Link between obesity, mortality weakens as patients age
Associations between obesity and mortality decreased as patients aged, according to findings recently published in Obesity.
Researchers wrote that the findings overturned previous studies that indicated that age strengthened the association between obesity and mortality.
“BMI as a measure of obesity is associated with mortality,” Zhiqiang Wang, PhD, of the University of Queensland, Brisbane, Australia, and colleagues wrote. “Most studies have found that the association of obesity and mortality weakens with age, but several recent studies have argued that the association strengthens with increasing age after controlling for age at the survey and for birth cohort membership.”
In studies reporting that age strengthens the relationship between obesity and mortality, Wang and colleagues wrote, authors used multiple regression analysis. However, calculating HRs with this method “can be complicated because the effect of obesity on mortality depends on the values of several coefficients and variables, including age at the survey,” they wrote.
In the current analysis, researchers used the National Health Interview Survey to gather data on 240,184 white men aged 40 to 84 years and 51,697 participants with grade 2 or 3 obesity aged 25 to 84 years who were matched with participants of normal weight. They calculated age-specific HRs of mortality for grade 2 or grade 3 obesity compared with a BMI between 18.5 kg/m2 and 25 kg/m2 using a flexible parametric survival model for participants and Cox proportional hazard models for the matched pairs.
HRs seemed to increase with age when the model included age at the time of the survey as a single value, the researchers reported; however, when Wang and colleagues included adults with various ages during the survey, HRs were higher among younger adults compared with older adults with the same duration of follow-up.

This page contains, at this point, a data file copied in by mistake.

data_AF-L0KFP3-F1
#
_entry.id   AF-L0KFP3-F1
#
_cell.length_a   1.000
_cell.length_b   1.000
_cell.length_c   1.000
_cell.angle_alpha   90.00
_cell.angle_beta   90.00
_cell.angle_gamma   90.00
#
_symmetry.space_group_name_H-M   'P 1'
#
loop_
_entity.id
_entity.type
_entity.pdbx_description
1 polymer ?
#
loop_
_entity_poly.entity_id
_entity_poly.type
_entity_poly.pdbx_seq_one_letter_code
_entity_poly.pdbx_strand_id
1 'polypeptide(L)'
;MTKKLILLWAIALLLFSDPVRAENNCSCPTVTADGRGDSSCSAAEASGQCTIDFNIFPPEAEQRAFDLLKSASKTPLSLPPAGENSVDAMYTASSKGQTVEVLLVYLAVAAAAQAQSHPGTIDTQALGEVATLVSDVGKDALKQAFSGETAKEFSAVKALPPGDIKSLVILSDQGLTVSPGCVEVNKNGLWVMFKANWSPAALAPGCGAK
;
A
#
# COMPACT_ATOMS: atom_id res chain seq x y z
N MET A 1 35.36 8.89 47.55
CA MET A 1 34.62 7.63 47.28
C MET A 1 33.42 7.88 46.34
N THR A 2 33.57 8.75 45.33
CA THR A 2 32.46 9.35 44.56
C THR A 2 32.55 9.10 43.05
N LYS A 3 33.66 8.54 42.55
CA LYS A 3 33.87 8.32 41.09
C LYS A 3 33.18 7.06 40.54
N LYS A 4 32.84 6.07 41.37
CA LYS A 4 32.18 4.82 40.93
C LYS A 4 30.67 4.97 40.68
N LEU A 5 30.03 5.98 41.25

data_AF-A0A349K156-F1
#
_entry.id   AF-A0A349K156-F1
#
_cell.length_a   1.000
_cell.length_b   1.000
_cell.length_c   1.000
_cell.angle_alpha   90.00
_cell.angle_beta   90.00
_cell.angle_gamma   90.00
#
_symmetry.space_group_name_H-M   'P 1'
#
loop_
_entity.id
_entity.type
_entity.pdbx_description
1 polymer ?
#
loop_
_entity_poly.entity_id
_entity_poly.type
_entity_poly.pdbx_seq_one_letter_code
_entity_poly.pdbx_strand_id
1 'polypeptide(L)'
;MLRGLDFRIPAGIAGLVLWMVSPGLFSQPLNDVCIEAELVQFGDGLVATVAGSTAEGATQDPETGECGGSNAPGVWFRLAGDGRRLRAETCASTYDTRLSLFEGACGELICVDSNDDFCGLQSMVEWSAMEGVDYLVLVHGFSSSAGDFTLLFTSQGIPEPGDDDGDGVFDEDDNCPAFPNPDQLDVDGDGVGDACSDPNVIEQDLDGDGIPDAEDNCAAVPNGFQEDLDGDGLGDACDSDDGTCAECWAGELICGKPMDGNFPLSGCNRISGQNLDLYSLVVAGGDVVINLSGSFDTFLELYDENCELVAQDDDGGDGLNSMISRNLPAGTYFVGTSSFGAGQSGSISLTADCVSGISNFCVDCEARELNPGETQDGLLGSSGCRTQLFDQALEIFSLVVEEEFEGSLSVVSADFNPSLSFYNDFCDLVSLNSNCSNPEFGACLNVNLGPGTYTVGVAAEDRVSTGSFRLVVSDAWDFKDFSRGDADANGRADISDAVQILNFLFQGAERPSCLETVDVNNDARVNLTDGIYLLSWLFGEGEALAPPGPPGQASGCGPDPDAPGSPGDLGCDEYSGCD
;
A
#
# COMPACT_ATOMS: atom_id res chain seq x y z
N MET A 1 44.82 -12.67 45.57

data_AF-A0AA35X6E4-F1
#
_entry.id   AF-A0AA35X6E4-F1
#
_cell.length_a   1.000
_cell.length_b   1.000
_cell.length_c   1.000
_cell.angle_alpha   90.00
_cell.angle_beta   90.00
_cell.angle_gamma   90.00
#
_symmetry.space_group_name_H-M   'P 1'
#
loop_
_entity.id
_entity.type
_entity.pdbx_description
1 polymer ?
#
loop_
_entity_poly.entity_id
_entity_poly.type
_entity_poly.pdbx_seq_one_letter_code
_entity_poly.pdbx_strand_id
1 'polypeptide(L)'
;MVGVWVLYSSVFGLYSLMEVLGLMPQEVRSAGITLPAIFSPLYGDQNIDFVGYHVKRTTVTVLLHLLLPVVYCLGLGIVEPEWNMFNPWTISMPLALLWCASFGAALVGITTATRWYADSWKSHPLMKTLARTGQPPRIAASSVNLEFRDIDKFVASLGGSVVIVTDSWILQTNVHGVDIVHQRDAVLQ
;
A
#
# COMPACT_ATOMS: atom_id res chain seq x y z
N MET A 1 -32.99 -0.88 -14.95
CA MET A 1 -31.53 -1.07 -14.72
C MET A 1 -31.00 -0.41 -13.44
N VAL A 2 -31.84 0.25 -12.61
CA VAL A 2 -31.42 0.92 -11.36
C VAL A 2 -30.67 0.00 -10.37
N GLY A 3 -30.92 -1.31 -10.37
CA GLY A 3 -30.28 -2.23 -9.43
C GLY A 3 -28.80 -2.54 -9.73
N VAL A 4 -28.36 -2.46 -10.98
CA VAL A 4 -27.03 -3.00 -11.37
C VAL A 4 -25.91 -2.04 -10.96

In the matched cohort, HRs were higher for younger patients (age 40 to 49 years; HR = 2.14; 95% CI, 1.9-2.4) than older adults (age 90 years or older; HR = 1.22; 95% CI, 0.91-1.63).
In an accompanying editorial, Jay S. Kaufman, PhD, of the department of epidemiology, biostatistics and occupational health at McGill University, wrote that though the study by Wang and colleagues demonstrates how using an alternative model specification can overturn a pattern of results, the data do not resolve etiologic questions surrounding the association between obesity and age, including a causal interpretation.
“The prospects for this whole research question look rather discouraging when approached by using cohort data in which people of various ages report a baseline BMI at the time of interview and are then followed up for mortality of subsequent decades,” he wrote.
“As with most observational epidemiology, thinking in terms of a ‘target trial’ would go a long way to illuminating most of the deficiencies of these existing studies, although it is not obvious that these can be surmounted with any ethical or feasible design. Rather, we could probably make more progress by focusing on the study of interventions like weight-loss programs or bariatric surgery. It’s not hazard ratios, but rather epidemiologic designs that really need to get stronger over time.” – by Andy Polhamus
Disclosures: Kaufman reports no relevant financial disclosures. The authors report no relevant financial disclosures.